Article summaryBNP (B-Type Natriuretic Peptide, Brain Natriuretic Peptide)
- What is BNP?
- What is BNP doing in the body?
- When will BNP be determined?
- What is BNP determined from?
- BNP normal values
- When can the BNP value be too high?
- Can the BNP value be too low?
What is BNP?
BNP (B-type Natriuretic Peptide or Brain Natriuretic Peptide) and ANP (Atrial Natriuretic Peptide) are hormones that play an important role in controlling water balance and blood pressure. They are referred to as Natriuretic Peptides. Both hormones are formed mainly in the muscle cells of the heart: BNP in the heart chambers, ANP in the atria. Small amounts of ANP and BNP are also produced in the adrenals and brain.
BNPs first detected scientists in the brain of pigs. That's why they called it "brain Natriuretic Peptide". Meanwhile, the more appropriate name "B-type Natriuretic Peptide" is also common.To the table of contents
What is BNP doing in the body?
When the pressure in the heart increases, the heart muscle cells release ANP and BNP. An increase in pressure occurs, for example, when there is a lot of blood in the bloodstream or the blood pressure is very high. ANP and BNP cause the kidneys to excrete more sodium and water: this decreases the blood volume - the blood pressure drops. In addition, the two hormones expand the blood vessels and slow down the production of the hormone aldosterone: this also lowers blood pressure.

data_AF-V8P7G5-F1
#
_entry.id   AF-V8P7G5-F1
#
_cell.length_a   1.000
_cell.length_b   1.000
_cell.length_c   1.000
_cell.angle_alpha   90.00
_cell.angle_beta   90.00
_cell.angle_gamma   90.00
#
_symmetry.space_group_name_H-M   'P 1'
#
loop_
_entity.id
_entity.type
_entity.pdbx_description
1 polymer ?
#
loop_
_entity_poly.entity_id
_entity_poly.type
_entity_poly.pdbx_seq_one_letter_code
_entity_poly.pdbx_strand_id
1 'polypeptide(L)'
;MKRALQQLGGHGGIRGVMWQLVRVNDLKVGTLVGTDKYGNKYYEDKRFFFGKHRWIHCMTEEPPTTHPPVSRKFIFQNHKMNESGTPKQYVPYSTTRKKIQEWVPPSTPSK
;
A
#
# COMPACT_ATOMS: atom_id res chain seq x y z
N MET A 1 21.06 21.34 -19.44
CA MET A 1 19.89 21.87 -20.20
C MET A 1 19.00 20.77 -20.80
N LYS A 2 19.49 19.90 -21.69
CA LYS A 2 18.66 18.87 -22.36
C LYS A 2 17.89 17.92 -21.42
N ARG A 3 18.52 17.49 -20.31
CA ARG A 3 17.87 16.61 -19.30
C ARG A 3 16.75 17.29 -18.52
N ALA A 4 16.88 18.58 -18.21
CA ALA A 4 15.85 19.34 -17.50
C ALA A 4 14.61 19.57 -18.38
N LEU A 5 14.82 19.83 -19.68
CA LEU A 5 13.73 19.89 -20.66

In people with acute heart failure, the heart no longer manages to supply the body with enough blood. The blood builds up in the heart. This is the incentive for the muscle cells to release BNP and ANP. Elevated values may therefore point to acute heart failure. But also in other diseases, the values may increase, for example, in a kidney failure.